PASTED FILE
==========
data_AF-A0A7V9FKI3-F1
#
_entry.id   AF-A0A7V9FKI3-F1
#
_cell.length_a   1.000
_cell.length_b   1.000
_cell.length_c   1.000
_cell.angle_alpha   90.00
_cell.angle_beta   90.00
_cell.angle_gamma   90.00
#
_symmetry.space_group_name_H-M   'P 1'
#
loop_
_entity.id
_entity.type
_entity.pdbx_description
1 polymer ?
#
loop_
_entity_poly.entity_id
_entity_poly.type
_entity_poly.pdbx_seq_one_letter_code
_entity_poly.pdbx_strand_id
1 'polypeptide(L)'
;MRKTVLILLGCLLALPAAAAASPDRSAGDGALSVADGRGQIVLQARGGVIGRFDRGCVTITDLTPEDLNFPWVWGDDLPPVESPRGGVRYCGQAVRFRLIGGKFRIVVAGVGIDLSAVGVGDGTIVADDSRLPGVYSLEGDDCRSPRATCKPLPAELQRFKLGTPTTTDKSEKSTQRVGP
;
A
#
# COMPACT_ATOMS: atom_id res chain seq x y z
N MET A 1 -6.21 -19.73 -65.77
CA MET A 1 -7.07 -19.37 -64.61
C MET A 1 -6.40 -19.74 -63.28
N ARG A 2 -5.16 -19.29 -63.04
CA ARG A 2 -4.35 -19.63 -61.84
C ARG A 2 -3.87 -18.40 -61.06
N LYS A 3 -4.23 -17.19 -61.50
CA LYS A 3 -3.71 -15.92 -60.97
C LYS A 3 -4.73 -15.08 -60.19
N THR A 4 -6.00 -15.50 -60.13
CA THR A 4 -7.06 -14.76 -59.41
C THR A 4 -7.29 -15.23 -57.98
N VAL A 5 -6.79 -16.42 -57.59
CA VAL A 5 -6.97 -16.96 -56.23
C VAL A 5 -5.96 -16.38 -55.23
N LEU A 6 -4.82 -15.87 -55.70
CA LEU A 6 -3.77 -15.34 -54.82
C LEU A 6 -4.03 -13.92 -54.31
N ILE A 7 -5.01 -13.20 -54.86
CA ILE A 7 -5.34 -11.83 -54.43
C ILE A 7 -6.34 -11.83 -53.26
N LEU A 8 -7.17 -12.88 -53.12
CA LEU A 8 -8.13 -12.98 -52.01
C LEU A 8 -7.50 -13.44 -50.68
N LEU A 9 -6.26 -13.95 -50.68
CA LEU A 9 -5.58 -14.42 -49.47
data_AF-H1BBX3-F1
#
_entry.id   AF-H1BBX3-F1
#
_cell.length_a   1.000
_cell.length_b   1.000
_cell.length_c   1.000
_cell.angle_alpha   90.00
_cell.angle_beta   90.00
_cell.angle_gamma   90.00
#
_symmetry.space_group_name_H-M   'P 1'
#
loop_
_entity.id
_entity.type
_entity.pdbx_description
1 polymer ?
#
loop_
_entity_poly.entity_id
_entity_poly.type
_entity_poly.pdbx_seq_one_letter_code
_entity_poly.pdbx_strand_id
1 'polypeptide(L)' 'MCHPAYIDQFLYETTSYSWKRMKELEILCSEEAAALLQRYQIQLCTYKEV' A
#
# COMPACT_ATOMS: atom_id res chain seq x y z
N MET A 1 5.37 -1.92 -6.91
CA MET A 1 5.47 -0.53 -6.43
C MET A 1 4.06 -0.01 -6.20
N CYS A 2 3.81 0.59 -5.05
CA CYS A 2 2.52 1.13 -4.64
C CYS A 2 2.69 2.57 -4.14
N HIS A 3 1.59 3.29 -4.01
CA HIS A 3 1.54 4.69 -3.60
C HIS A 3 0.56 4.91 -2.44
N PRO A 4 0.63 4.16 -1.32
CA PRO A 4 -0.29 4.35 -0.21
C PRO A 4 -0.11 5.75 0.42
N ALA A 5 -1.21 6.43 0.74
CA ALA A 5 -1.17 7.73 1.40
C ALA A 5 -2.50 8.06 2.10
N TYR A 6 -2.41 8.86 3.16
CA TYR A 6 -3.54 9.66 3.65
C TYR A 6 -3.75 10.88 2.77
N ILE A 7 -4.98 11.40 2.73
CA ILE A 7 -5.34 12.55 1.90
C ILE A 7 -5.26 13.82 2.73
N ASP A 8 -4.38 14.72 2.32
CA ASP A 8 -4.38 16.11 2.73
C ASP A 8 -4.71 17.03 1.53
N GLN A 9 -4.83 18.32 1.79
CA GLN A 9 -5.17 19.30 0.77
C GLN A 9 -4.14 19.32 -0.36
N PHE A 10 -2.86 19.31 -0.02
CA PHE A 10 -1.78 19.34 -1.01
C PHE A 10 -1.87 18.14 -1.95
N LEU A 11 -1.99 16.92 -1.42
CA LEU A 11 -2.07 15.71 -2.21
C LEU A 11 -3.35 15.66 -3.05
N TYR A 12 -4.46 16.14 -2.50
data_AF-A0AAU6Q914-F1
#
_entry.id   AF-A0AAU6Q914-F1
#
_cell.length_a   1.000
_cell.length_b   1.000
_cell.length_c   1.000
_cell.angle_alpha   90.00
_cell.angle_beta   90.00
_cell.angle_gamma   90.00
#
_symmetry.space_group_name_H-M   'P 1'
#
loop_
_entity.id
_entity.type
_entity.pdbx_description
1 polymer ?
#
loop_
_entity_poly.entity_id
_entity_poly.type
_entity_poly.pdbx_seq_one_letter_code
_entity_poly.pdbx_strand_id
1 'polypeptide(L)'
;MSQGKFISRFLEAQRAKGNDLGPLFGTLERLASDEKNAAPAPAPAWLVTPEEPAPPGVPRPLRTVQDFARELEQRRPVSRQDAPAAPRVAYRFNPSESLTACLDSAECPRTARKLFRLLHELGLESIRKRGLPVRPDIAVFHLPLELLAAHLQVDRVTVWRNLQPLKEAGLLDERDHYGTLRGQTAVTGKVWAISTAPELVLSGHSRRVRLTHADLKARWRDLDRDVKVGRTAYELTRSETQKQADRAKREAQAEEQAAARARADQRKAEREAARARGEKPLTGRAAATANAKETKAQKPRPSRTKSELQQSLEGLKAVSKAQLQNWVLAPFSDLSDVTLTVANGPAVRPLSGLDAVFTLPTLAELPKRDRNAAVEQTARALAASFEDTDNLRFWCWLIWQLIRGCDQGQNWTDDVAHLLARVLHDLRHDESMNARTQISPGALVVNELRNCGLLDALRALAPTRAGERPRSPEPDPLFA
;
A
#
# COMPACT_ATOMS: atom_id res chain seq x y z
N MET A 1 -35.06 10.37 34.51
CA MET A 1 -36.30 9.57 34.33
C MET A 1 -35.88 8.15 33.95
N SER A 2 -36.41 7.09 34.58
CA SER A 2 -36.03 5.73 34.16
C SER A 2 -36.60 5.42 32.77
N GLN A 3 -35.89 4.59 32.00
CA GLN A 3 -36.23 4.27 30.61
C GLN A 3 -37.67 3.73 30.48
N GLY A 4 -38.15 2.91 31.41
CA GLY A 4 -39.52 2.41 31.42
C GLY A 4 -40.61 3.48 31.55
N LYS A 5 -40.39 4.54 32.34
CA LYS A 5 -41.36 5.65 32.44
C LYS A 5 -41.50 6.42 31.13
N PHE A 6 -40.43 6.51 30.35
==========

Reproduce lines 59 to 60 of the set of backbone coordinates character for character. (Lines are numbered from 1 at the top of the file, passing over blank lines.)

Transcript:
_entry.id   AF-H1BBX3-F1
#